Entering the game against the Dodgers on July 20, Perry’s season Batting Average was just .100. While the world waited for news of Neil Armstrong and Buzz Aldrin, the Giants and Dodgers began their game at Candlestick Park. Not long after first pitch, at 1:18 PM Pacific Standard Time, Armstrong told the world “The Eagle has landed.” As Armstrong and Aldrin prepared to take the first steps on the moon, Perry surrendered three runs to Los Angeles in the top of the first. The scored remained 3-0 entering the bottom of the third, with Dodger starter Claude Osteen facing the minimum. Hal Lanier flew out to second baseman Ted Sizemore. Bob Barton followed by grounding out to Bill Sudakis at third. The San Francisco faithful had little hope as Gaylord Perry stepped to the plate. Shocking everyone, Perry drove Claude Osteen’s pitch over the outfield wall. Alvin Dark had no idea his proclamation five years earlier prove correct, but by just 30 minutes. Perry sparked a Giants comeback, as San Francisco defeated the rival Dodgers 7 to 3. Gaylord Perry pitched a Complete Game, allowing three Runs, six strikeouts, and no Home Runs. 

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Alvin Dark was mostly right about Gaylord Perry and the Moon landing. A man was on the Moon, when Perry hit his Home Run but had not walked on it. (NASA)

Gaylord Perry hit six career longballs. He hit one each season from 1969 to 1972. San Francisco traded Perry to Cleveland and after three and a half seasons, Cleveland sent him to the Rangers. Perry did not bat in the American League because of the Designated Hitter. Returning to the National League with the Padres in 1978, Perry needed a season to warm up before going deep again in 1979. He spent 1980 split between the Rangers and Yankees, before hitting his sixth and final Home Run for the Braves in 1981 at the age of 42.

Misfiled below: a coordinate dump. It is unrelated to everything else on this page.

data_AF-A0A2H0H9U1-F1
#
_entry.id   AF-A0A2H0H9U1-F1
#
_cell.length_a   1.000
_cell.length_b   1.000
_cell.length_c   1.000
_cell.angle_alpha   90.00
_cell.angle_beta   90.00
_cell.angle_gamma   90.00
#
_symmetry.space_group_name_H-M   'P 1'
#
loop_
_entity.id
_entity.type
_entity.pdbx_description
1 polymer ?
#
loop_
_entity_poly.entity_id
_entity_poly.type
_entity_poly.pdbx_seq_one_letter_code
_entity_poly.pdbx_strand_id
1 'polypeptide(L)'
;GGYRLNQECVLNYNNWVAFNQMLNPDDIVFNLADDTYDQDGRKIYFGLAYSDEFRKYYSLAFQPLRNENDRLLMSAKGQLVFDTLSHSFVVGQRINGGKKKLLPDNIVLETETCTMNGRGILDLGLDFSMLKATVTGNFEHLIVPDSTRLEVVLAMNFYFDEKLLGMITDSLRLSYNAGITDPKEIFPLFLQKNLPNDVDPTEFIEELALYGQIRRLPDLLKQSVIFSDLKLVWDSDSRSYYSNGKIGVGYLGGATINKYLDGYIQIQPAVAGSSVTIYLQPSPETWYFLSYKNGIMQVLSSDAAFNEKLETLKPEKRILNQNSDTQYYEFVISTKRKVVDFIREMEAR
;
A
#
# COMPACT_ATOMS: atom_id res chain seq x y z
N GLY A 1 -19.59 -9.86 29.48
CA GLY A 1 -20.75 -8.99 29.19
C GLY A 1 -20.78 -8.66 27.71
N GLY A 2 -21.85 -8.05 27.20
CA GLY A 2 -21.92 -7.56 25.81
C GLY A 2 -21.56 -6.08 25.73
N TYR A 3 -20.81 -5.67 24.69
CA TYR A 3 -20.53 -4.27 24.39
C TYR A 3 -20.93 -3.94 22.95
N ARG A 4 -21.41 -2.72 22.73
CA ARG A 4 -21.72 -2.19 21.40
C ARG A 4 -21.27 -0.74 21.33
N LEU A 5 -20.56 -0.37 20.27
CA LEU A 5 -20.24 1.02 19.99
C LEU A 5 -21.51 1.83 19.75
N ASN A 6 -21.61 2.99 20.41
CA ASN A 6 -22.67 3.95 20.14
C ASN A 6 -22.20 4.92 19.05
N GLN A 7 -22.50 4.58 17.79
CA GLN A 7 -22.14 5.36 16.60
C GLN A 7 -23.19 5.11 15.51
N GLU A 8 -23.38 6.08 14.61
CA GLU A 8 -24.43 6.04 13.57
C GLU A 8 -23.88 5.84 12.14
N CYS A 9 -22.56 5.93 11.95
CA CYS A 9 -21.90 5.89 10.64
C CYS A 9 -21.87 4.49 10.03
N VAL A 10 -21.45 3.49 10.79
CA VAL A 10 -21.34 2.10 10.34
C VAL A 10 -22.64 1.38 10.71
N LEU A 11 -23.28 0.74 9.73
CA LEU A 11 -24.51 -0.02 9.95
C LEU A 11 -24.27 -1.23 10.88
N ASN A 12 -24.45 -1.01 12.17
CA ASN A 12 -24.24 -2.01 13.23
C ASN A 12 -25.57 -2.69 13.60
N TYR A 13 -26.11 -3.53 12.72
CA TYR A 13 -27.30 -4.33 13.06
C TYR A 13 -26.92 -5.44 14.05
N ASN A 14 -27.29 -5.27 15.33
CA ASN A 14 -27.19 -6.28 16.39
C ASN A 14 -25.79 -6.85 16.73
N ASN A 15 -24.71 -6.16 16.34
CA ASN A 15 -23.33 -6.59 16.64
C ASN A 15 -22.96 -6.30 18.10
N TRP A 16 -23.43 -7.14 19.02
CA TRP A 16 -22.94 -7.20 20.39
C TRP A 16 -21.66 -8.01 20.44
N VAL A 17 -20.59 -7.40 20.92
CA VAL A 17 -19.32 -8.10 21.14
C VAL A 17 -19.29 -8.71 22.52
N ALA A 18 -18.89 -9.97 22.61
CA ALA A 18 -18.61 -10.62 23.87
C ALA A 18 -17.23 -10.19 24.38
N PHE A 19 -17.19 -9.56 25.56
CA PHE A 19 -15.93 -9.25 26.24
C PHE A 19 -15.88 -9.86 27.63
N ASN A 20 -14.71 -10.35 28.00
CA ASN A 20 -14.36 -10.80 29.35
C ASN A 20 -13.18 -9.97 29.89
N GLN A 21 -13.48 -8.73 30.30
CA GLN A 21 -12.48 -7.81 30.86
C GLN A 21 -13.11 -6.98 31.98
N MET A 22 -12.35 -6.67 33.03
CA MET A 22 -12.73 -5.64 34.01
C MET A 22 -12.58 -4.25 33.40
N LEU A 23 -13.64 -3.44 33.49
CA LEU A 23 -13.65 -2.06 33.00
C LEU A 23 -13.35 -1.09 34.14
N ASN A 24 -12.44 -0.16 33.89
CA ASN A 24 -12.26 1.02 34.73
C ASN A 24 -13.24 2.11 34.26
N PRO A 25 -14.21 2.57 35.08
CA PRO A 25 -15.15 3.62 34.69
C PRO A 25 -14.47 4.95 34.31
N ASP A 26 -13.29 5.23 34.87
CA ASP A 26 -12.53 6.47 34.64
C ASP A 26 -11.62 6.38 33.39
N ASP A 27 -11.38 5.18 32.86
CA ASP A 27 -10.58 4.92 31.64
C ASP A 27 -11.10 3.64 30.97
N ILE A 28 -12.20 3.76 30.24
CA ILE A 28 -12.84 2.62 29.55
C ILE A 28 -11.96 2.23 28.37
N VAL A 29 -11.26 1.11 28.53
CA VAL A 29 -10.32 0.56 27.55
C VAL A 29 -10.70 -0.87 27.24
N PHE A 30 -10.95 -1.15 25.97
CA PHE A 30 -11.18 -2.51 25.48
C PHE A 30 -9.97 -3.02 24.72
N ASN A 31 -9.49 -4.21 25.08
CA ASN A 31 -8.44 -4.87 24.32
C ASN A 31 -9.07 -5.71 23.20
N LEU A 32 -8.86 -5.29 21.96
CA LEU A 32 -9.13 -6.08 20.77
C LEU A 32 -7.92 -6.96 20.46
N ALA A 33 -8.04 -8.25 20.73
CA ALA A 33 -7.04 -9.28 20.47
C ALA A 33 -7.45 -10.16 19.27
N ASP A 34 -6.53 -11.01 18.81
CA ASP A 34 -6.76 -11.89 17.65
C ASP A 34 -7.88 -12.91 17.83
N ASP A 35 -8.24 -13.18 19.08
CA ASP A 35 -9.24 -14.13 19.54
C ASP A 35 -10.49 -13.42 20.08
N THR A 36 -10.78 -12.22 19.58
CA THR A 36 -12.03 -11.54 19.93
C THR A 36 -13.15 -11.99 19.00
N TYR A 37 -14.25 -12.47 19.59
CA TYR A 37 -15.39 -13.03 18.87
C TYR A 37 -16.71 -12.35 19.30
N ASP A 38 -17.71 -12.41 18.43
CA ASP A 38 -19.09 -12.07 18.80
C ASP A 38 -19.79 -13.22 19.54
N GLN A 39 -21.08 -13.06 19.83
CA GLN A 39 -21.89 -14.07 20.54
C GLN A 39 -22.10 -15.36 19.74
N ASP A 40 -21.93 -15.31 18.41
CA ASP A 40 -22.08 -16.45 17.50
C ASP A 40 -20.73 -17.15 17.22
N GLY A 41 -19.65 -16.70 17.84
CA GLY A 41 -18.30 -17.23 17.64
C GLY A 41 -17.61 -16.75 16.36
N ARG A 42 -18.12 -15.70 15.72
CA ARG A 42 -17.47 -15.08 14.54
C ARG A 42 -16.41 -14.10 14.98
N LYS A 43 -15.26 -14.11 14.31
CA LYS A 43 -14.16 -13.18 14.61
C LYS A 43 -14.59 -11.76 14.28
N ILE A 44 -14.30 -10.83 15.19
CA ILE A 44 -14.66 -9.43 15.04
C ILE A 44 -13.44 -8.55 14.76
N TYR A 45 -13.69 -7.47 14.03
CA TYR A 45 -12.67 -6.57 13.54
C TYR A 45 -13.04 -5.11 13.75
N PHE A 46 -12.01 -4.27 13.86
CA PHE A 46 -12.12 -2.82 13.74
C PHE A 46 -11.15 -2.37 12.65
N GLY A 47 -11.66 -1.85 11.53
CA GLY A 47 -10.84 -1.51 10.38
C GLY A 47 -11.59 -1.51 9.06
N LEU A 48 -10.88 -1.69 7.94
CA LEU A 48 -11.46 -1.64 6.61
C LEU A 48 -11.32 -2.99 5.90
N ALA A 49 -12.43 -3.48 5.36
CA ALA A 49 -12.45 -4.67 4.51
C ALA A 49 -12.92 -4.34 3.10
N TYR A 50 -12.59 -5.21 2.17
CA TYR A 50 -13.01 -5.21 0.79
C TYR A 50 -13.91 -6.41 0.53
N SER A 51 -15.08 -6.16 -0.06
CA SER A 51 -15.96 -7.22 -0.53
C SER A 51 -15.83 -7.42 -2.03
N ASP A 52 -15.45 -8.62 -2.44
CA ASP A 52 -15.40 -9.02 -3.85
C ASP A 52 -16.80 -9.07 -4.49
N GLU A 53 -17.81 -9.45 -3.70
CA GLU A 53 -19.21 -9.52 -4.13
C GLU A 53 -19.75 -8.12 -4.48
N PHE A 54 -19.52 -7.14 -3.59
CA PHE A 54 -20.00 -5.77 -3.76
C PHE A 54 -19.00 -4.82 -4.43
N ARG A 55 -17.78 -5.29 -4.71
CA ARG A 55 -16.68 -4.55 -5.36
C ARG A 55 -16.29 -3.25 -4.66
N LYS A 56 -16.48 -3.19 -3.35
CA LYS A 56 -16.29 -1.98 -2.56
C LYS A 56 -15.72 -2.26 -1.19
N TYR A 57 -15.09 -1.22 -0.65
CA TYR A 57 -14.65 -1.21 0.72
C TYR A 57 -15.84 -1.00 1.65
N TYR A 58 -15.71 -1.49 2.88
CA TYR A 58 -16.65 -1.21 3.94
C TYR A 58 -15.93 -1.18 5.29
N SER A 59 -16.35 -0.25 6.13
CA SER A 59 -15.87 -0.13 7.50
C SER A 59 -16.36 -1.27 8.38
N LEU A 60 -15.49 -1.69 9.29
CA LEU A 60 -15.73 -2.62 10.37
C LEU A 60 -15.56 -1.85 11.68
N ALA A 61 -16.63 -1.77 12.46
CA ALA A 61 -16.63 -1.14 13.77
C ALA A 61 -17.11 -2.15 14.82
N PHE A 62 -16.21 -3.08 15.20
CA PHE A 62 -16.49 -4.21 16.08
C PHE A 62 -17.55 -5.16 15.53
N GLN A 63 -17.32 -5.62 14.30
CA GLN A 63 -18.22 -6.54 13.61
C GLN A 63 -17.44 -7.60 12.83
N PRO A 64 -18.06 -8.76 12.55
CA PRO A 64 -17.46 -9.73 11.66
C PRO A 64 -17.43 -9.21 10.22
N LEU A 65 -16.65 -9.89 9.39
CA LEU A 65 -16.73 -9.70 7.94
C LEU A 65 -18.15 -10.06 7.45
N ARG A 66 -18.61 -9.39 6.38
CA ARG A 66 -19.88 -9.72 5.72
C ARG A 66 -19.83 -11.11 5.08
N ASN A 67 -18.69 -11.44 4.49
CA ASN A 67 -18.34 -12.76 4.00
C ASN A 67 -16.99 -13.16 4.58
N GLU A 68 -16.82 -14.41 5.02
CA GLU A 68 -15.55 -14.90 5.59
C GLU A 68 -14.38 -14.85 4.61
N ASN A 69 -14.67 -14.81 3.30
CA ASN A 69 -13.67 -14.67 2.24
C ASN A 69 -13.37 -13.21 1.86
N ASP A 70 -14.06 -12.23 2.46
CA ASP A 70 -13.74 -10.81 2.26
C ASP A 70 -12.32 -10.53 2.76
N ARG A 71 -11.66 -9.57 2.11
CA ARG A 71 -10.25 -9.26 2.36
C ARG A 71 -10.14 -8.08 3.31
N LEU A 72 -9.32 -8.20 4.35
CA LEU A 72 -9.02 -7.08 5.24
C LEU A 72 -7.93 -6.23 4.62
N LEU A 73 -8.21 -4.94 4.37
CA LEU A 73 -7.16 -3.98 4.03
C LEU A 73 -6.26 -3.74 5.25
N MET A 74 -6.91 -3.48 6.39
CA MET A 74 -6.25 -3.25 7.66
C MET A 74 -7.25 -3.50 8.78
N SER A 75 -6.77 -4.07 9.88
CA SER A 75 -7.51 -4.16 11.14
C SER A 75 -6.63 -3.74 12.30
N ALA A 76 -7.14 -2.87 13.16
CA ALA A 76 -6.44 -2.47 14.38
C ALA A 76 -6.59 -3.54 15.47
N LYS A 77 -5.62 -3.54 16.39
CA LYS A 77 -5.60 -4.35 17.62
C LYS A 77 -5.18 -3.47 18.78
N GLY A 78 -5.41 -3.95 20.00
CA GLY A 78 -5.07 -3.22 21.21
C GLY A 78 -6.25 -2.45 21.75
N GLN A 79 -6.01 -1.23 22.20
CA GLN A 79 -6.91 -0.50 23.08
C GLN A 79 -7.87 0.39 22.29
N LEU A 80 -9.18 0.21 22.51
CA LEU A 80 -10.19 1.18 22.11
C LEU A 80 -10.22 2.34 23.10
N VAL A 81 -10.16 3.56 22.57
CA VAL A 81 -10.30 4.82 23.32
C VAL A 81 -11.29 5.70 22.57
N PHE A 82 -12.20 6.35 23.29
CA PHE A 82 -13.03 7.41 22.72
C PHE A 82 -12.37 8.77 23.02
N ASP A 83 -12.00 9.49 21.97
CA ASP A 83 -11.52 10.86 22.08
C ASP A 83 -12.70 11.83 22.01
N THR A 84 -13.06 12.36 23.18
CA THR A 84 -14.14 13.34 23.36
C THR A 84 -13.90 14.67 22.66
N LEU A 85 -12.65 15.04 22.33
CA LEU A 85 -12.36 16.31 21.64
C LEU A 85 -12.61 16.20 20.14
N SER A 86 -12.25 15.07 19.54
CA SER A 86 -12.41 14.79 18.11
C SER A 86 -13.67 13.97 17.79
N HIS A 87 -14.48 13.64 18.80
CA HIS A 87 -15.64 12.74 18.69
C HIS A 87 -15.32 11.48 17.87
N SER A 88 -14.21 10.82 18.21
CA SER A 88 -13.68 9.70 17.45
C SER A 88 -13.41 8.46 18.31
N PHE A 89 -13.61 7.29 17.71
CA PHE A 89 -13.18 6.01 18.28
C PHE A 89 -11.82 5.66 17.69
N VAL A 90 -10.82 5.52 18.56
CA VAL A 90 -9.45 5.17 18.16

Known for his pitching and lackluster abilities at the plate, Gaylord Perry was destined for baseball greatness. It took a frustrated manager, an optimistic sportswriter, and the Space Race to create the perfect cosmic storm. Alvin Dark never dreamed he was foreshadowing Perry’s first career Home Run. Yet the stars and the moon aligned to create one of the most memorable moments in baseball history.

DJ

Predictions Sure to Go Wrong 6.0

Here we go into a new season where anything can happen. We had a lackluster off-season with a sputtering hot stove that saw some record-breaking contracts but weeks of “Will he or won’t he” that belongs on the Lifetime Channel rather than the MLB news wire. Teams seem willing to bet big on prospects but undervalue proven commodities. This is the same spirit we’re taking when we peer into our cracked crystal ball to make predictions about the 2019 season. We’re going to switch things up starting with the American League and Bernie is going to report on why they will or won’t do what we think they’ll do.

American League

Derek Jesse John Kevin Bernie The Winning Run
AL East Yankees Rojo Sox (yeah I said it) Yankees Yankees Yankees Yankees
Red Sox* Bandwagoners* Red Sux* Red Sox* Tea Partiers* Red Sox
Rays Canadians Rays Rays* Rays Rays
Blue Jays Devil Rays Blue Jays Blue Jays Pajaritos Blue Jays
Orioles Cal Ripkens hOribles Crush Davis Express Blue Jays Orioles

 

New York Yankees

One hundred wins last season and they end up a Wild Card. They blasted more home runs in a season than any team before. The rotation didn’t quite hold up and the bats went a bit cold in the Postseason. They shored up their pitching rotation in the off-season by trading for James Paxton and re-signing J.A. Happ. Masahiro Tanaka may have developed a pitch that could keep him from getting blown up every five games. Giancarlo Stanton, Gleyber Torres, and Miguel Andujar had a season in the Bronx to settle in and help recreate a new Murderers’ Row.

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Giancarlo Stanton will be flipping his bat and trotting around the bases plenty in 2019. (Tom Szczerbowski/Getty Images)

Boston Red Sox

They’re the reigning champs and they did it with a collective play that didn’t focus on one player’s excellence. Mookie Betts may be the most athletically gifted player in the Majors and Chris Sale wouldn’t surprise anyone if he makes another case to win the Cy Young. Craig Kimbrel hanging out in free agency does not help shorten games. We have to give the defending champs their due but they also didn’t do much in the off-season. Resting on your laurels while everyone else is re-configuring to beat the champs may not be the most sound strategy.